Retired Anglican Archdeacon James Palacious said he believes The Bahamas has gotten to the point where corporal punishment of children should be made illegal.
Palacious said there are too many parents who do “egregious” things in the name of punishment and take things “way too far” when seeking to discipline their children and those of others.
When asked if he feels the form of discipline should be criminalized, Palacious said, “I would like us to get to that point.”
He said, “In many countries where they don’t have corporal punishment or they don’t have beatings, their children, they don’t end up delinquent because they didn’t get any beating. Let’s face it, many people who are getting beating, it’s obviously not making any difference with that. In some countries where they don’t beat the children, they don’t have some of the social and other issues that we have today.”
Palacious’ comments come after Minister of Social Services Frankie Campbell confirmed that an investigation has been launched into a video, purported to be at Children’s Emergency Hostel, where adult women are seen beating orphaned children.
At one point in the video, it appears that a child was being beaten while held down by another adult on a table.
Palacious said he has heard of the video but refused to watch it because it is sickening and would upset his spirit.
The religious leader said in his opinion there is some inward searching many Bahamian parents have to do as he feels many children are beaten for the wrong reasons.
“We need to consider whether there are things that we ourselves are taking out on the children because they remind us of their ‘no-good pa’ or we are so unhappy within ourselves that we need somebody to beat up on,” Palacious said.
The father of one said he’s not just talking, as he’s practiced what he has been preaching in this regard with raising his son.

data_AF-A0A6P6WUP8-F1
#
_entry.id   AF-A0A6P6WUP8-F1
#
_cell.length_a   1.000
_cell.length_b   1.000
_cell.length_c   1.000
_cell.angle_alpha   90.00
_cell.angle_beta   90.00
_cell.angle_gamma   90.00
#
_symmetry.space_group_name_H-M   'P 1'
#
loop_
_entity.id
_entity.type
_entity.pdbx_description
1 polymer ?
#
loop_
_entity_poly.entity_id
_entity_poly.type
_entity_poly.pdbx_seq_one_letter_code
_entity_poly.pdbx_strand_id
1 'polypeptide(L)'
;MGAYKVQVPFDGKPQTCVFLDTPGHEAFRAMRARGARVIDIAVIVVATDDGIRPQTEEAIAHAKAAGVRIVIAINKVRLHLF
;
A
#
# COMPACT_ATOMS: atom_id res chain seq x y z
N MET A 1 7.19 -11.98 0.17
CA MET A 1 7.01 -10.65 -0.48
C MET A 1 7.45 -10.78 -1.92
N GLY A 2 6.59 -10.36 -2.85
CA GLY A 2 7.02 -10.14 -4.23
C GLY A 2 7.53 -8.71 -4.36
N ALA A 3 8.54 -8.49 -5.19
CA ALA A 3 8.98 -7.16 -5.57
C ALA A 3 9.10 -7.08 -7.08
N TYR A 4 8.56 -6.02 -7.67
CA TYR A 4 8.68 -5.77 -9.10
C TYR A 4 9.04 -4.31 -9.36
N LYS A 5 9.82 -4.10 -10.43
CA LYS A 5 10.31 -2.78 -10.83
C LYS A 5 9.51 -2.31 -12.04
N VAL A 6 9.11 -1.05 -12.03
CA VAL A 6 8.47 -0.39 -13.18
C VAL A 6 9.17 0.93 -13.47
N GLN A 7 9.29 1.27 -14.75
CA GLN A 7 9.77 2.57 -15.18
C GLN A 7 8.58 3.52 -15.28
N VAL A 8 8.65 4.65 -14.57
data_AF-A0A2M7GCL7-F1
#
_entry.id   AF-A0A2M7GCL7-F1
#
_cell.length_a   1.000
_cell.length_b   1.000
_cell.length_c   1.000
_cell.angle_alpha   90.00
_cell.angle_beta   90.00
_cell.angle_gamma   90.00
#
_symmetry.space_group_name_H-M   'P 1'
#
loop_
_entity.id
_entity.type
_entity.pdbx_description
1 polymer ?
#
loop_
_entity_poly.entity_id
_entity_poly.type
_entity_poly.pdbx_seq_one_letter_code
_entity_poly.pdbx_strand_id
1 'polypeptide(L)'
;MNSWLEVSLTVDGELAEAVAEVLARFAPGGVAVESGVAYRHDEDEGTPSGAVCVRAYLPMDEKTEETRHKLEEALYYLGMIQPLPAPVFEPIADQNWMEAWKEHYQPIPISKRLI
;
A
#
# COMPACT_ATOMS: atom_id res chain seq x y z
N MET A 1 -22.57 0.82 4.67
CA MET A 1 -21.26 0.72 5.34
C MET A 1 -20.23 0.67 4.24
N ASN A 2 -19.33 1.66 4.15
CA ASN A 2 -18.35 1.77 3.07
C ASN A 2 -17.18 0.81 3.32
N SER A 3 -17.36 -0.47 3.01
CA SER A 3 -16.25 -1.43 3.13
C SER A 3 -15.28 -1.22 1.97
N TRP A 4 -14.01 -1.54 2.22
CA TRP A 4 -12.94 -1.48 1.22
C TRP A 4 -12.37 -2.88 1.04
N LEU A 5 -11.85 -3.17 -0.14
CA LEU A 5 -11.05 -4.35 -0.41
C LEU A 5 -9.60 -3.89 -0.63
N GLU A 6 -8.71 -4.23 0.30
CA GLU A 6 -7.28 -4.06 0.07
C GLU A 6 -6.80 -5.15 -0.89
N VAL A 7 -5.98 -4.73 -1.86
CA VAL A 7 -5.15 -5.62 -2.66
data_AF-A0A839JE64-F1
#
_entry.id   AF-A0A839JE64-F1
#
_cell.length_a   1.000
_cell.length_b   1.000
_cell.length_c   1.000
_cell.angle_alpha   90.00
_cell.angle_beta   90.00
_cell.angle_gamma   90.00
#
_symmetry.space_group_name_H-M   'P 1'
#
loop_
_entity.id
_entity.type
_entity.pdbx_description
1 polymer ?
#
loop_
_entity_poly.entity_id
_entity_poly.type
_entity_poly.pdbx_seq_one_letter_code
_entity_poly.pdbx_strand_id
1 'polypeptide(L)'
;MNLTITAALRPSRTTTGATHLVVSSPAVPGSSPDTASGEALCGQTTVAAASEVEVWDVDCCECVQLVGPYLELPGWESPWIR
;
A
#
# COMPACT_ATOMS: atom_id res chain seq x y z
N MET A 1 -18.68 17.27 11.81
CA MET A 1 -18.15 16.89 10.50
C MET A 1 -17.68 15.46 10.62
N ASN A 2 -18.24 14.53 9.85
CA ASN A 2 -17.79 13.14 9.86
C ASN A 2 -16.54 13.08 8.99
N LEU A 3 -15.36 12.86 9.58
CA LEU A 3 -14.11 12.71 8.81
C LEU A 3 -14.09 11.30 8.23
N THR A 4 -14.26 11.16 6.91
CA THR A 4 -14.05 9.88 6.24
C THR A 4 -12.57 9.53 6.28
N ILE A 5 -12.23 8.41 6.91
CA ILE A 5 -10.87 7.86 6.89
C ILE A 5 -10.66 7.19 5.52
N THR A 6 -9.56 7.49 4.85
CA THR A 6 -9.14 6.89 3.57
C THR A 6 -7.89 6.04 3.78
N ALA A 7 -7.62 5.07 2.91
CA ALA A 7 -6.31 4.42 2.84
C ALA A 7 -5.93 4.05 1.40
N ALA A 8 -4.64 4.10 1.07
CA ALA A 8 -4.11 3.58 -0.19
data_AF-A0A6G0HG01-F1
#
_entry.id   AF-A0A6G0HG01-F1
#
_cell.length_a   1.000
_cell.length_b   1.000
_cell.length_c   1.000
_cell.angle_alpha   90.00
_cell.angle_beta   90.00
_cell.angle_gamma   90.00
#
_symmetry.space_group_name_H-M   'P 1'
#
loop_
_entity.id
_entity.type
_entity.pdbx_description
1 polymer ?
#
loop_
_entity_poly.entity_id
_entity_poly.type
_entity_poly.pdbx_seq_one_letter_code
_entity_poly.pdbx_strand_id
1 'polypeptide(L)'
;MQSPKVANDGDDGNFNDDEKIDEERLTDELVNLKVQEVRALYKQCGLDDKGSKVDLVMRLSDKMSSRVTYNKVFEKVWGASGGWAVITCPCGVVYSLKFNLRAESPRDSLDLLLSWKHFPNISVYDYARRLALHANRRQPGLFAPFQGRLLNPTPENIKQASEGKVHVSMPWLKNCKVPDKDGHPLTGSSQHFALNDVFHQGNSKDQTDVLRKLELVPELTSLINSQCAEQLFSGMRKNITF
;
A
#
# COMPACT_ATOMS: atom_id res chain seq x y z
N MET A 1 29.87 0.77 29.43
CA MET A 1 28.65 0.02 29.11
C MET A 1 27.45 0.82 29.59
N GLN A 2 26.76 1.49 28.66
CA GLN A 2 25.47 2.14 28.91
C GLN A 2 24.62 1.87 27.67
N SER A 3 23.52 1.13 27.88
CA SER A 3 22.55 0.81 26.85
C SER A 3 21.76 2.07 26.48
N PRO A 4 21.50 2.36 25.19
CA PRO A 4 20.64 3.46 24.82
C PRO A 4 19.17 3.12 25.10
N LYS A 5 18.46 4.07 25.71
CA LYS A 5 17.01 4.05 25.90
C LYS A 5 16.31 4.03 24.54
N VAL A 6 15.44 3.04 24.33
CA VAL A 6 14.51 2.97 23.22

“I personally did not do it,” he said. “I can see why some parents feel as though they should because sometimes children get on your last nerve, they make you angry. But personally, I never beat my son. One time I spanked him and that was it. But in terms of disciplining, we never used that. I prefer people not to, even though I fully appreciate that sometimes children get on your last nerve. But you have to be more in control of yourself.
He added, “I’m 68 years old. Most of us grew up on being beaten. Some of us were really abused quite frankly, because of some of the torture that some parents put their children through, you know. Go pick a tamarind switch, or go pick a switch. That’s a type of torture. It’s almost a sick mentality that we’ve kind of imposed on children. It’s almost as if it’s an opportunity to dominate them. I really don’t subscribe to that.”
Palacious pointed to the discipline method of using “time-outs” for children and suggested more parents try it.
Corporal punishment is also legal in public schools in The Bahamas and can only be administered by an administrator in the presence of another administrator or teacher.